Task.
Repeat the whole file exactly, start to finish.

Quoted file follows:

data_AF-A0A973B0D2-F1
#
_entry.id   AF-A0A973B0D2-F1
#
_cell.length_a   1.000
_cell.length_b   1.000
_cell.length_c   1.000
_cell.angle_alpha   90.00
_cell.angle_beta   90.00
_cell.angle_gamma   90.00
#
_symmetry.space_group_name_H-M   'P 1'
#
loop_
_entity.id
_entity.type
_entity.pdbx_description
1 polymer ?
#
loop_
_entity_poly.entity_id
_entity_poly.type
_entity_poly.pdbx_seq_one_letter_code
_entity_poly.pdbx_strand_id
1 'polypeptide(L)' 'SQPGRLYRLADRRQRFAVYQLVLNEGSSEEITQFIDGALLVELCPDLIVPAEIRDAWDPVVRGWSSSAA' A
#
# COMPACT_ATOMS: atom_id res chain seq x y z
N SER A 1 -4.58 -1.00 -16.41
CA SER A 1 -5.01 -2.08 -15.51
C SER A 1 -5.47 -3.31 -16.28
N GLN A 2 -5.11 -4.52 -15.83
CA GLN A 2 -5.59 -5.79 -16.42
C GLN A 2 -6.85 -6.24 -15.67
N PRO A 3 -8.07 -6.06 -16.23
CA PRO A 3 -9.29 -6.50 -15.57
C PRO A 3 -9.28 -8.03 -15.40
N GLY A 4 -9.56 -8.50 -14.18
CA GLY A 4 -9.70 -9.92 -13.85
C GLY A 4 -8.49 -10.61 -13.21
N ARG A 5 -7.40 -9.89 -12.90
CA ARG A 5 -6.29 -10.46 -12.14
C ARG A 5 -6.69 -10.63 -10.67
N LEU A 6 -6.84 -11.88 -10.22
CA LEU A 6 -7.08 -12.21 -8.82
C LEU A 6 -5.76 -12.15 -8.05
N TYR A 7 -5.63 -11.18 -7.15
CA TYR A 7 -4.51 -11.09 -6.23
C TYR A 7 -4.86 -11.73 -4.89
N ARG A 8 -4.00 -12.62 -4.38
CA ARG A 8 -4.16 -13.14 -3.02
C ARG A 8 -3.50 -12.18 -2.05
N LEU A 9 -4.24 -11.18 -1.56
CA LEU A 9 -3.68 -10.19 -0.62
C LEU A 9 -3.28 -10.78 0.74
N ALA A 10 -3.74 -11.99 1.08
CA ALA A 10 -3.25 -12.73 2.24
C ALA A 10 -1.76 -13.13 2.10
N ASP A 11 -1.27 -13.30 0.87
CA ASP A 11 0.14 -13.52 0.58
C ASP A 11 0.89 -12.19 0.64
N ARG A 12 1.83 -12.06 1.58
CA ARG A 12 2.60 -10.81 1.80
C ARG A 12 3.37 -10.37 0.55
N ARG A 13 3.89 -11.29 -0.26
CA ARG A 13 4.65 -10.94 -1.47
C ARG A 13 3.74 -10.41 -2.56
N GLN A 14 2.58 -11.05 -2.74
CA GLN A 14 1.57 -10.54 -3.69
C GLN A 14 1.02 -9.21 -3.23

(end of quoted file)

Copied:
data_AF-A0A973B0D2-F1
#
_entry.id   AF-A0A973B0D2-F1
#
_cell.length_a   1.000
_cell.length_b   1.000
_cell.length_c   1.000
_cell.angle_alpha   90.00
_cell.angle_beta   90.00
_cell.angle_gamma   90.00
#
_symmetry.space_group_name_H-M   'P 1'
#
loop_
_entity.id
_entity.type
_entity.pdbx_description
1 polymer ?
#
loop_
_entity_poly.entity_id
_entity_poly.type
_entity_poly.pdbx_seq_one_letter_code
_entity_poly.pdbx_strand_id
1 'polypeptide(L)' 'SQPGRLYRLADRRQRFAVYQLVLNEGSSEEITQFIDGALLVELCPDLIVPAEIRDAWDPVVRGWSSSAA' A
#
# COMPACT_ATOMS: atom_id res chain seq x y z
N SER A 1 -4.58 -1.00 -16.41
CA SER A 1 -5.01 -2.08 -15.51
C SER A 1 -5.47 -3.31 -16.28
N GLN A 2 -5.11 -4.52 -15.83
CA GLN A 2 -5.59 -5.79 -16.42
C GLN A 2 -6.85 -6.24 -15.67
N PRO A 3 -8.07 -6.06 -16.23
CA PRO A 3 -9.29 -6.50 -15.57
C PRO A 3 -9.28 -8.03 -15.40
N GLY A 4 -9.56 -8.50 -14.18
CA GLY A 4 -9.70 -9.92 -13.85
C GLY A 4 -8.49 -10.61 -13.21
N ARG A 5 -7.40 -9.89 -12.90
CA ARG A 5 -6.29 -10.46 -12.14
C ARG A 5 -6.69 -10.63 -10.67
N LEU A 6 -6.84 -11.88 -10.22
CA LEU A 6 -7.08 -12.21 -8.82
C LEU A 6 -5.76 -12.15 -8.05
N TYR A 7 -5.63 -11.18 -7.15
CA TYR A 7 -4.51 -11.09 -6.23
C TYR A 7 -4.86 -11.73 -4.89
N ARG A 8 -4.00 -12.62 -4.38
CA ARG A 8 -4.16 -13.14 -3.02
C ARG A 8 -3.50 -12.18 -2.05
N LEU A 9 -4.24 -11.18 -1.56
CA LEU A 9 -3.68 -10.19 -0.62
C LEU A 9 -3.28 -10.78 0.74
N ALA A 10 -3.74 -11.99 1.08
CA ALA A 10 -3.25 -12.73 2.24
C ALA A 10 -1.76 -13.13 2.10
N ASP A 11 -1.27 -13.30 0.87
CA ASP A 11 0.14 -13.52 0.58
C ASP A 11 0.89 -12.19 0.64
N ARG A 12 1.83 -12.06 1.58
CA ARG A 12 2.60 -10.81 1.80
C ARG A 12 3.37 -10.37 0.55
N ARG A 13 3.89 -11.29 -0.26
CA ARG A 13 4.65 -10.94 -1.47
C ARG A 13 3.74 -10.41 -2.56
N GLN A 14 2.58 -11.05 -2.74
CA GLN A 14 1.57 -10.54 -3.69
C GLN A 14 1.02 -9.21 -3.23